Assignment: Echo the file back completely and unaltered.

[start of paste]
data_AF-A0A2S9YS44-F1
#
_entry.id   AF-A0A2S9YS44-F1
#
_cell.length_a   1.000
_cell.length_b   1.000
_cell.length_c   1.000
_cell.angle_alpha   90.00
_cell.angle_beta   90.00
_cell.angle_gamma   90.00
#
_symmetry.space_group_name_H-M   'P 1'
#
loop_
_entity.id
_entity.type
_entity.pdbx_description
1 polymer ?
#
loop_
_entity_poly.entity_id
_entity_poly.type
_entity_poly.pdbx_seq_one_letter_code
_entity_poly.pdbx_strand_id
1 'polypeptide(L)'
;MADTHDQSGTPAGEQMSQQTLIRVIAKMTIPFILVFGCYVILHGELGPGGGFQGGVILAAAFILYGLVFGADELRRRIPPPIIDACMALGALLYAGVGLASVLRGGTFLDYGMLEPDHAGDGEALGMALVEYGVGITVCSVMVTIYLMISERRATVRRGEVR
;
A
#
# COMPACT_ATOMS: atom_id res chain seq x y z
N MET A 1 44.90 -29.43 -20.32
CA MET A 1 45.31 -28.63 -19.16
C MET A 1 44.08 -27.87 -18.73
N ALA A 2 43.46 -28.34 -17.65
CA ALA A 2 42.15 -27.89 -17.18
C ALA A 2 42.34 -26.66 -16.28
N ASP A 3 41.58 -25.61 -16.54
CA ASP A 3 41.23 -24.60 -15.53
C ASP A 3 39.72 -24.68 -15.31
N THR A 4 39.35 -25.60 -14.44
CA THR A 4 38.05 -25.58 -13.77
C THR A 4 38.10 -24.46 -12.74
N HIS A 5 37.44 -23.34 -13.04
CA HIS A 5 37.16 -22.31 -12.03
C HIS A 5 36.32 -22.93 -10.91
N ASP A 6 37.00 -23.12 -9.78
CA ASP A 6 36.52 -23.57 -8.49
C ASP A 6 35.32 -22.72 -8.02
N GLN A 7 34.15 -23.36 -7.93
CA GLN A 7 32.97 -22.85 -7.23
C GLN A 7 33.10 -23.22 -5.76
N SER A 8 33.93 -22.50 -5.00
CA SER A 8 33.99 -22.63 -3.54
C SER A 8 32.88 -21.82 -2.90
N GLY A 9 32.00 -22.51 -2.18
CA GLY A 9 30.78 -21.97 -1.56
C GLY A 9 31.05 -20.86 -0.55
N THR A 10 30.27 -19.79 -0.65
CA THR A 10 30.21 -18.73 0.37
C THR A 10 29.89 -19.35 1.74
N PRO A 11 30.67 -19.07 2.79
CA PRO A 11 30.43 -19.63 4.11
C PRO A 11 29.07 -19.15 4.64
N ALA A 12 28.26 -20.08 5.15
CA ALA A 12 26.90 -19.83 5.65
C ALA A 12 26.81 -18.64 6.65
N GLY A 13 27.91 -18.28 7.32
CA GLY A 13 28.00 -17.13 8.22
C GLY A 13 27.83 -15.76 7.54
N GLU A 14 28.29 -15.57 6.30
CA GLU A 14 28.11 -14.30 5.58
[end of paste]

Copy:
data_AF-A0A2S9YS44-F1
#
_entry.id   AF-A0A2S9YS44-F1
#
_cell.length_a   1.000
_cell.length_b   1.000
_cell.length_c   1.000
_cell.angle_alpha   90.00
_cell.angle_beta   90.00
_cell.angle_gamma   90.00
#
_symmetry.space_group_name_H-M   'P 1'
#
loop_
_entity.id
_entity.type
_entity.pdbx_description
1 polymer ?
#
loop_
_entity_poly.entity_id
_entity_poly.type
_entity_poly.pdbx_seq_one_letter_code
_entity_poly.pdbx_strand_id
1 'polypeptide(L)'
;MADTHDQSGTPAGEQMSQQTLIRVIAKMTIPFILVFGCYVILHGELGPGGGFQGGVILAAAFILYGLVFGADELRRRIPPPIIDACMALGALLYAGVGLASVLRGGTFLDYGMLEPDHAGDGEALGMALVEYGVGITVCSVMVTIYLMISERRATVRRGEVR
;
A
#
# COMPACT_ATOMS: atom_id res chain seq x y z
N MET A 1 44.90 -29.43 -20.32
CA MET A 1 45.31 -28.63 -19.16
C MET A 1 44.08 -27.87 -18.73
N ALA A 2 43.46 -28.34 -17.65
CA ALA A 2 42.15 -27.89 -17.18
C ALA A 2 42.34 -26.66 -16.28
N ASP A 3 41.58 -25.61 -16.54
CA ASP A 3 41.23 -24.60 -15.53
C ASP A 3 39.72 -24.68 -15.31
N THR A 4 39.35 -25.60 -14.44
CA THR A 4 38.05 -25.58 -13.77
C THR A 4 38.10 -24.46 -12.74
N HIS A 5 37.44 -23.34 -13.04
CA HIS A 5 37.16 -22.31 -12.03
C HIS A 5 36.32 -22.93 -10.91
N ASP A 6 37.00 -23.12 -9.78
CA ASP A 6 36.52 -23.57 -8.49
C ASP A 6 35.32 -22.72 -8.02
N GLN A 7 34.15 -23.36 -7.93
CA GLN A 7 32.97 -22.85 -7.23
C GLN A 7 33.10 -23.22 -5.76
N SER A 8 33.93 -22.50 -5.00
CA SER A 8 33.99 -22.63 -3.54
C SER A 8 32.88 -21.82 -2.90
N GLY A 9 32.00 -22.51 -2.18
CA GLY A 9 30.78 -21.97 -1.56
C GLY A 9 31.05 -20.86 -0.55
N THR A 10 30.27 -19.79 -0.65
CA THR A 10 30.21 -18.73 0.37
C THR A 10 29.89 -19.35 1.74
N PRO A 11 30.67 -19.07 2.79
CA PRO A 11 30.43 -19.63 4.11
C PRO A 11 29.07 -19.15 4.64
N ALA A 12 28.26 -20.08 5.15
CA ALA A 12 26.90 -19.83 5.65
C ALA A 12 26.81 -18.64 6.65
N GLY A 13 27.91 -18.28 7.32
CA GLY A 13 28.00 -17.13 8.22
C GLY A 13 27.83 -15.76 7.54
N GLU A 14 28.29 -15.57 6.30
CA GLU A 14 28.11 -14.30 5.58